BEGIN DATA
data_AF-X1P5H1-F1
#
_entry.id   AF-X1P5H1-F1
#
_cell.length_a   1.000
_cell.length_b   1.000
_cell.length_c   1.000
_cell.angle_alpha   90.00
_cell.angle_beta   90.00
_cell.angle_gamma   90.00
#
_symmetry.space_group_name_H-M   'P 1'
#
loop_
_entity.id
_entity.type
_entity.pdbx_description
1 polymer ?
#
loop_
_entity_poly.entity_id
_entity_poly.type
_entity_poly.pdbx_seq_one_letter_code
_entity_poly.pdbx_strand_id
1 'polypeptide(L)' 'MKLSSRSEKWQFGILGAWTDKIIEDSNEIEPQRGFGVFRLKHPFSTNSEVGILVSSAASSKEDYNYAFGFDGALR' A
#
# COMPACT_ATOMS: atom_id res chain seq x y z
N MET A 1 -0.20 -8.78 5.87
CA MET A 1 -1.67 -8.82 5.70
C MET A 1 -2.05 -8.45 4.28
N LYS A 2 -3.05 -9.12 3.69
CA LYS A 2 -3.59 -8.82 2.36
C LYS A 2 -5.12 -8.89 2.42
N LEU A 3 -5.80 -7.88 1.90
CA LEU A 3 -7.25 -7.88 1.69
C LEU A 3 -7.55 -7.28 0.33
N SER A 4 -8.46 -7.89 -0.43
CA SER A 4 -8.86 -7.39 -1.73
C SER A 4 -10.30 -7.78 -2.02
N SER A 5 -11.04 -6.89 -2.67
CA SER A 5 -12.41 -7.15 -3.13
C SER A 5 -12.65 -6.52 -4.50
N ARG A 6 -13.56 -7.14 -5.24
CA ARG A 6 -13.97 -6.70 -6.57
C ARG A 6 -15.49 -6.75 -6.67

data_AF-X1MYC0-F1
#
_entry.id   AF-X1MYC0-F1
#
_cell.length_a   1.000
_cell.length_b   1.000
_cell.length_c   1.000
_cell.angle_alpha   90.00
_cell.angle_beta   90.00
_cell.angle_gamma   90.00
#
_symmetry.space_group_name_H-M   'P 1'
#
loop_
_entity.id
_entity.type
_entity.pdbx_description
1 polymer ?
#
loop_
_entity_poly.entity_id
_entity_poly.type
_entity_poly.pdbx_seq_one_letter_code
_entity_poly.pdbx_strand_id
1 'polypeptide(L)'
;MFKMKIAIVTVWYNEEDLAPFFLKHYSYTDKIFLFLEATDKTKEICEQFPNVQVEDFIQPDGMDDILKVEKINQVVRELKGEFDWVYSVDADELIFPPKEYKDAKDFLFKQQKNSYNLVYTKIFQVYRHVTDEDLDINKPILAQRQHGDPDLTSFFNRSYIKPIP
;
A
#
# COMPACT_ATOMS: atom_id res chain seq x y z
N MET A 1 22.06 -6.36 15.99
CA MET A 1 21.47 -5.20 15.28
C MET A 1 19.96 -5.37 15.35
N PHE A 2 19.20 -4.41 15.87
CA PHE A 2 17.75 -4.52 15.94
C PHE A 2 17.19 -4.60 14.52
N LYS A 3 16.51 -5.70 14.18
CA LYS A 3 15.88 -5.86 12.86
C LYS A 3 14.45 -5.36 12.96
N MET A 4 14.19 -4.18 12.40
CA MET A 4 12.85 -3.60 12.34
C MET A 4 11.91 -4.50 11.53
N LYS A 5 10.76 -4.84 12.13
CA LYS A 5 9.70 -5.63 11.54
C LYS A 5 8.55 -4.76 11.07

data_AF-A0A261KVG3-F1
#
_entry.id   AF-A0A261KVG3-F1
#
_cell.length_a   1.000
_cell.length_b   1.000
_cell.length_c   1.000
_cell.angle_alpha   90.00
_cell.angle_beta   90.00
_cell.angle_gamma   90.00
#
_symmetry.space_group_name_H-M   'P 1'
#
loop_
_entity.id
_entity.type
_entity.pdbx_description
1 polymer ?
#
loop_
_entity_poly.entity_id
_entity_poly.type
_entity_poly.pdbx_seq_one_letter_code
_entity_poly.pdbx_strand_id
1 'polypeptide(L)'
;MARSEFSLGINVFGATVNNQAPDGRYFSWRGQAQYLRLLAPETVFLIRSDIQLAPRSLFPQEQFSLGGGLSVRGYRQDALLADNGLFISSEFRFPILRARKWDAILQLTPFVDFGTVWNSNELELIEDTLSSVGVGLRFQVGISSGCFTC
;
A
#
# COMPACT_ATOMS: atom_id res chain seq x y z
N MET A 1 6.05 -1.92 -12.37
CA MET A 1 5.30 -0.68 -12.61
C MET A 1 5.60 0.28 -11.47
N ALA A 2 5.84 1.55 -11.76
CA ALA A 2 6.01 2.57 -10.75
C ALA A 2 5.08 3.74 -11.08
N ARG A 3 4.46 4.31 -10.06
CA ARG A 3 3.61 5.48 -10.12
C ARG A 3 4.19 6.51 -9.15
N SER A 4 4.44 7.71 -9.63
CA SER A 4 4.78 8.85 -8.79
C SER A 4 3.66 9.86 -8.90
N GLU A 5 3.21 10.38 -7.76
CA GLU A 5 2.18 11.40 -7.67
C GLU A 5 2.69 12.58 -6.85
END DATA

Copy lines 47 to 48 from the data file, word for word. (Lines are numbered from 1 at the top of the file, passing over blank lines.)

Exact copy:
#
_entry.id   AF-X1MYC0-F1